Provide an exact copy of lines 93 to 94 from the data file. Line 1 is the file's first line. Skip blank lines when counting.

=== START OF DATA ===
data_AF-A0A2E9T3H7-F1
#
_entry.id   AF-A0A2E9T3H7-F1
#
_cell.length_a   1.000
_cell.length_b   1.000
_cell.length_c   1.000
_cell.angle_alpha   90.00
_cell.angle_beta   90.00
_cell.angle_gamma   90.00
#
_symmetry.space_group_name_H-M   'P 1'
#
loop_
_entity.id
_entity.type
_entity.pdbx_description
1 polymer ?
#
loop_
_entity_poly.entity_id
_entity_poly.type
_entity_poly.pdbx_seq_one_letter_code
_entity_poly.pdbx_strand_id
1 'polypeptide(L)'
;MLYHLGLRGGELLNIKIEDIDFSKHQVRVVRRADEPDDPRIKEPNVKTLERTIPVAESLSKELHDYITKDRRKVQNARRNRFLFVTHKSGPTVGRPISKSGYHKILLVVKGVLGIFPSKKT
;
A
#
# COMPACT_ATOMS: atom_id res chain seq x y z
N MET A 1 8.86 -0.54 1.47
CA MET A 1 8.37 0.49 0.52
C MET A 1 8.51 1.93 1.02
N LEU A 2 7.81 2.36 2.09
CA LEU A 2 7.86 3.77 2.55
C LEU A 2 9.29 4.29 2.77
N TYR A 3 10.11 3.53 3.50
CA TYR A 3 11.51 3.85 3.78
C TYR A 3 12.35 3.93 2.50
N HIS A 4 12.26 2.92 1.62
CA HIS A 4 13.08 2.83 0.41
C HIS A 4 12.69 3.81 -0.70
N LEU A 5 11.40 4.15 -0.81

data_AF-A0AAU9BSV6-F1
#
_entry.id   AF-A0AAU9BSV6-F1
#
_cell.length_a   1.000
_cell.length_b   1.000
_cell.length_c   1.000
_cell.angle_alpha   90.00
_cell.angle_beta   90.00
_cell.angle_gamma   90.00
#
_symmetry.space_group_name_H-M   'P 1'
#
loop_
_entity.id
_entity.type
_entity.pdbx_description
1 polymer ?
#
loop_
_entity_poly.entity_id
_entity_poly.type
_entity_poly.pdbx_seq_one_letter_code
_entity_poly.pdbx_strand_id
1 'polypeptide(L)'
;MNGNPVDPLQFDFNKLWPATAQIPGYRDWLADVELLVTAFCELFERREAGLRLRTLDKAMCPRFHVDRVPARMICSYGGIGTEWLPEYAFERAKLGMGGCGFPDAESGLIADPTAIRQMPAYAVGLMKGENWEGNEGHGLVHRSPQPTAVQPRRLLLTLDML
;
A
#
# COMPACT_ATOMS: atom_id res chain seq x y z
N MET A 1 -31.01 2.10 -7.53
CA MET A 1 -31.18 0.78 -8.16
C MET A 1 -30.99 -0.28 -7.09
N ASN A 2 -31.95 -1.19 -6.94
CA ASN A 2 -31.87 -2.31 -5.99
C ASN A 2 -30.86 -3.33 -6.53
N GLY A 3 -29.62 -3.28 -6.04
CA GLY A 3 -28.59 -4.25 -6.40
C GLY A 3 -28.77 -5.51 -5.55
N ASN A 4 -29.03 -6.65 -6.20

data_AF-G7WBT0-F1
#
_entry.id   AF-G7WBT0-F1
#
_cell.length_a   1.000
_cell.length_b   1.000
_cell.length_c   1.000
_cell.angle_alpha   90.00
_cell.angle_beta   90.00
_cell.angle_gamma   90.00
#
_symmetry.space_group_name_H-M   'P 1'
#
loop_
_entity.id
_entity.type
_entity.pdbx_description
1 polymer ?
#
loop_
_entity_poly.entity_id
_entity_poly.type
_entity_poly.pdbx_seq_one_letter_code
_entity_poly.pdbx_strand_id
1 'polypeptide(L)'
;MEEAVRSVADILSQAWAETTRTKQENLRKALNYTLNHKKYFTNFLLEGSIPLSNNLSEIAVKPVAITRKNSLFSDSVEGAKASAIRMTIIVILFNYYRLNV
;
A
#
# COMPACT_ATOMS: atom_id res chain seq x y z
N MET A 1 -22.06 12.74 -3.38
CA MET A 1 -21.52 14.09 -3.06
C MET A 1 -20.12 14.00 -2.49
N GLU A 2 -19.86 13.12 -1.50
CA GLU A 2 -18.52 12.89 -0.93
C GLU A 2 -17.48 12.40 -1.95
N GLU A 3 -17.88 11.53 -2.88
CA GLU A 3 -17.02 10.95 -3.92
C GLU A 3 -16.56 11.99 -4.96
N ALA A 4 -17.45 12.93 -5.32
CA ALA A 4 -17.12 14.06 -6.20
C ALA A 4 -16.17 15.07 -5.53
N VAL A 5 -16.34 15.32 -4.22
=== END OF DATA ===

_cell.angle_gamma   90.00
#